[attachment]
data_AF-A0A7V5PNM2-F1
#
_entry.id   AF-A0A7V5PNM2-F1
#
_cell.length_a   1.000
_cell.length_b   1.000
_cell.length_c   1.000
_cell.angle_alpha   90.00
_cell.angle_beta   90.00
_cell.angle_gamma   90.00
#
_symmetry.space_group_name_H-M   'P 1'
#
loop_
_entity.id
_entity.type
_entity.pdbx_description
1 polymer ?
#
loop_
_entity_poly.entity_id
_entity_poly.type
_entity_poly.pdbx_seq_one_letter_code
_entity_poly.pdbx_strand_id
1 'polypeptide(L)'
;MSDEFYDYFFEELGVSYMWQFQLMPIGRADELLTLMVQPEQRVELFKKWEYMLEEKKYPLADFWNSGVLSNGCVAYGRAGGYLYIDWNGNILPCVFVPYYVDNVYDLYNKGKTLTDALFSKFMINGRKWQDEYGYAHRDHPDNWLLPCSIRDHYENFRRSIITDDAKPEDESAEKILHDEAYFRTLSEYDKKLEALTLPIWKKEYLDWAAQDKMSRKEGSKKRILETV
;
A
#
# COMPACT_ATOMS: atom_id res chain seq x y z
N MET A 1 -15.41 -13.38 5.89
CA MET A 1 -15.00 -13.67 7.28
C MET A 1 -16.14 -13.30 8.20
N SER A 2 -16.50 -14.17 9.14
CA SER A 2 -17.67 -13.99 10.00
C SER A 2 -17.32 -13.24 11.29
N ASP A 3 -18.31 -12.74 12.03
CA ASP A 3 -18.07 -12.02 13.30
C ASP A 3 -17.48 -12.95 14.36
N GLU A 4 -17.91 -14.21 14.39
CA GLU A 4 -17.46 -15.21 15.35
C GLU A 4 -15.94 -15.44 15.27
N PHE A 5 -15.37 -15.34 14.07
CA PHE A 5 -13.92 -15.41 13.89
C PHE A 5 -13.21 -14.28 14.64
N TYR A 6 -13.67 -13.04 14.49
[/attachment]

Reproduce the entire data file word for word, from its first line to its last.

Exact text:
data_AF-A0A7V5PNM2-F1
#
_entry.id   AF-A0A7V5PNM2-F1
#
_cell.length_a   1.000
_cell.length_b   1.000
_cell.length_c   1.000
_cell.angle_alpha   90.00
_cell.angle_beta   90.00
_cell.angle_gamma   90.00
#
_symmetry.space_group_name_H-M   'P 1'
#
loop_
_entity.id
_entity.type
_entity.pdbx_description
1 polymer ?
#
loop_
_entity_poly.entity_id
_entity_poly.type
_entity_poly.pdbx_seq_one_letter_code
_entity_poly.pdbx_strand_id
1 'polypeptide(L)'
;MSDEFYDYFFEELGVSYMWQFQLMPIGRADELLTLMVQPEQRVELFKKWEYMLEEKKYPLADFWNSGVLSNGCVAYGRAGGYLYIDWNGNILPCVFVPYYVDNVYDLYNKGKTLTDALFSKFMINGRKWQDEYGYAHRDHPDNWLLPCSIRDHYENFRRSIITDDAKPEDESAEKILHDEAYFRTLSEYDKKLEALTLPIWKKEYLDWAAQDKMSRKEGSKKRILETV
;
A
#
# COMPACT_ATOMS: atom_id res chain seq x y z
N MET A 1 -15.41 -13.38 5.89
CA MET A 1 -15.00 -13.67 7.28
C MET A 1 -16.14 -13.30 8.20
N SER A 2 -16.50 -14.17 9.14
CA SER A 2 -17.67 -13.99 10.00
C SER A 2 -17.32 -13.24 11.29
N ASP A 3 -18.31 -12.74 12.03
CA ASP A 3 -18.07 -12.02 13.30
C ASP A 3 -17.48 -12.95 14.36
N GLU A 4 -17.91 -14.21 14.39
CA GLU A 4 -17.46 -15.21 15.35
C GLU A 4 -15.94 -15.44 15.27
N PHE A 5 -15.37 -15.34 14.07
CA PHE A 5 -13.92 -15.41 13.89
C PHE A 5 -13.21 -14.28 14.64
N TYR A 6 -13.67 -13.04 14.49